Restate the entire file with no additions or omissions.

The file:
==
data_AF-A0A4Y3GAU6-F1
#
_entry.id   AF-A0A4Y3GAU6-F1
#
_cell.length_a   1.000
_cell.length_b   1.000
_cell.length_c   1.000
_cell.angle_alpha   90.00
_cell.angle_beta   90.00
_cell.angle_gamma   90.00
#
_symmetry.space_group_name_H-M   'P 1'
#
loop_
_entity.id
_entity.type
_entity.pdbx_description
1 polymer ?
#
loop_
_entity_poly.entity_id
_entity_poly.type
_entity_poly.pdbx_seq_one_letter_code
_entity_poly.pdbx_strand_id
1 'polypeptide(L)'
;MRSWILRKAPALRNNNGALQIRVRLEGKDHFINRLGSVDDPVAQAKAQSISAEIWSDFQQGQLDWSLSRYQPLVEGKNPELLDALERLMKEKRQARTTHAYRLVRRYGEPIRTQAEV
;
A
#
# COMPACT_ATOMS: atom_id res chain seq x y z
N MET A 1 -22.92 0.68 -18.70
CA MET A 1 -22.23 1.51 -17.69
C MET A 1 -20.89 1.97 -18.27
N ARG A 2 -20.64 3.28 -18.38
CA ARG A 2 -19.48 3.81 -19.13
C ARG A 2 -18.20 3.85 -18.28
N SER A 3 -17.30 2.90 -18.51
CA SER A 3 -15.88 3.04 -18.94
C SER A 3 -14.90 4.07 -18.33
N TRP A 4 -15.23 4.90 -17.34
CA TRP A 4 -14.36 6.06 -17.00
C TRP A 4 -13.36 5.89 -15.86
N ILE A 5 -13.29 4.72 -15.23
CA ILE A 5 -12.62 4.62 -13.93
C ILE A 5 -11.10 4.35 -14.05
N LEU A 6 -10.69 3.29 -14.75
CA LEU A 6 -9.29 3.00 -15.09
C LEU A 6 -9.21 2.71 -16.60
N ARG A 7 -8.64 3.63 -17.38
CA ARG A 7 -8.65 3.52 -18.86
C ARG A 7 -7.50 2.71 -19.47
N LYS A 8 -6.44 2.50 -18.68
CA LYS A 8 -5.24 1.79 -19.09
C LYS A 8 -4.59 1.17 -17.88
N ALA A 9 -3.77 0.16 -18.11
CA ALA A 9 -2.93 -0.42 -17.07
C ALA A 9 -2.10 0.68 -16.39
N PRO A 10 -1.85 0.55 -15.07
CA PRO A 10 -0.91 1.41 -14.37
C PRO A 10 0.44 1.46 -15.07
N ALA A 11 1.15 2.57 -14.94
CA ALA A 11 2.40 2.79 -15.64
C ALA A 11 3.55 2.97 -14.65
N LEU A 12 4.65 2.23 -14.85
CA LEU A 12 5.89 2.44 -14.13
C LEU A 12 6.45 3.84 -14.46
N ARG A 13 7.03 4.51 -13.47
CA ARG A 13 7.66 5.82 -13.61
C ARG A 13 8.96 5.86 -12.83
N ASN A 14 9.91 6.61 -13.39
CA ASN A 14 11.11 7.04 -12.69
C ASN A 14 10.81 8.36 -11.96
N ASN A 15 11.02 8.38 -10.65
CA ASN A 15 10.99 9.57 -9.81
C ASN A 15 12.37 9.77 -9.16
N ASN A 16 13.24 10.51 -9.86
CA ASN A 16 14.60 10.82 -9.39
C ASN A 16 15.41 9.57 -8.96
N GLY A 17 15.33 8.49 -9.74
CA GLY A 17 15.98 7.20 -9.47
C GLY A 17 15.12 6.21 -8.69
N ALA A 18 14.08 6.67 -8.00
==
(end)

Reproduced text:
data_AF-A0A4Y3GAU6-F1
#
_entry.id   AF-A0A4Y3GAU6-F1
#
_cell.length_a   1.000
_cell.length_b   1.000
_cell.length_c   1.000
_cell.angle_alpha   90.00
_cell.angle_beta   90.00
_cell.angle_gamma   90.00
#
_symmetry.space_group_name_H-M   'P 1'
#
loop_
_entity.id
_entity.type
_entity.pdbx_description
1 polymer ?
#
loop_
_entity_poly.entity_id
_entity_poly.type
_entity_poly.pdbx_seq_one_letter_code
_entity_poly.pdbx_strand_id
1 'polypeptide(L)'
;MRSWILRKAPALRNNNGALQIRVRLEGKDHFINRLGSVDDPVAQAKAQSISAEIWSDFQQGQLDWSLSRYQPLVEGKNPELLDALERLMKEKRQARTTHAYRLVRRYGEPIRTQAEV
;
A
#
# COMPACT_ATOMS: atom_id res chain seq x y z
N MET A 1 -22.92 0.68 -18.70
CA MET A 1 -22.23 1.51 -17.69
C MET A 1 -20.89 1.97 -18.27
N ARG A 2 -20.64 3.28 -18.38
CA ARG A 2 -19.48 3.81 -19.13
C ARG A 2 -18.20 3.85 -18.28
N SER A 3 -17.30 2.90 -18.51
CA SER A 3 -15.88 3.04 -18.94
C SER A 3 -14.90 4.07 -18.33
N TRP A 4 -15.23 4.90 -17.34
CA TRP A 4 -14.36 6.06 -17.00
C TRP A 4 -13.36 5.89 -15.86
N ILE A 5 -13.29 4.72 -15.23
CA ILE A 5 -12.62 4.62 -13.93
C ILE A 5 -11.10 4.35 -14.05
N LEU A 6 -10.69 3.29 -14.75
CA LEU A 6 -9.29 3.00 -15.09
C LEU A 6 -9.21 2.71 -16.60
N ARG A 7 -8.64 3.63 -17.38
CA ARG A 7 -8.65 3.52 -18.86
C ARG A 7 -7.50 2.71 -19.47
N LYS A 8 -6.44 2.50 -18.68
CA LYS A 8 -5.24 1.79 -19.09
C LYS A 8 -4.59 1.17 -17.88
N ALA A 9 -3.77 0.16 -18.11
CA ALA A 9 -2.93 -0.42 -17.07
C ALA A 9 -2.10 0.68 -16.39
N PRO A 10 -1.85 0.55 -15.07
CA PRO A 10 -0.91 1.41 -14.37
C PRO A 10 0.44 1.46 -15.07
N ALA A 11 1.15 2.57 -14.94
CA ALA A 11 2.40 2.79 -15.64
C ALA A 11 3.55 2.97 -14.65
N LEU A 12 4.65 2.23 -14.85
CA LEU A 12 5.89 2.44 -14.13
C LEU A 12 6.45 3.84 -14.46
N ARG A 13 7.03 4.51 -13.47
CA ARG A 13 7.66 5.82 -13.61
C ARG A 13 8.96 5.86 -12.83
N ASN A 14 9.91 6.61 -13.39
CA ASN A 14 11.11 7.04 -12.69
C ASN A 14 10.81 8.36 -11.96
N ASN A 15 11.02 8.38 -10.65
CA ASN A 15 10.99 9.57 -9.81
C ASN A 15 12.37 9.77 -9.16
N ASN A 16 13.24 10.51 -9.86
CA ASN A 16 14.60 10.82 -9.39
C ASN A 16 15.41 9.57 -8.96
N GLY A 17 15.33 8.49 -9.74
CA GLY A 17 15.98 7.20 -9.47
C GLY A 17 15.12 6.21 -8.69
N ALA A 18 14.08 6.67 -8.00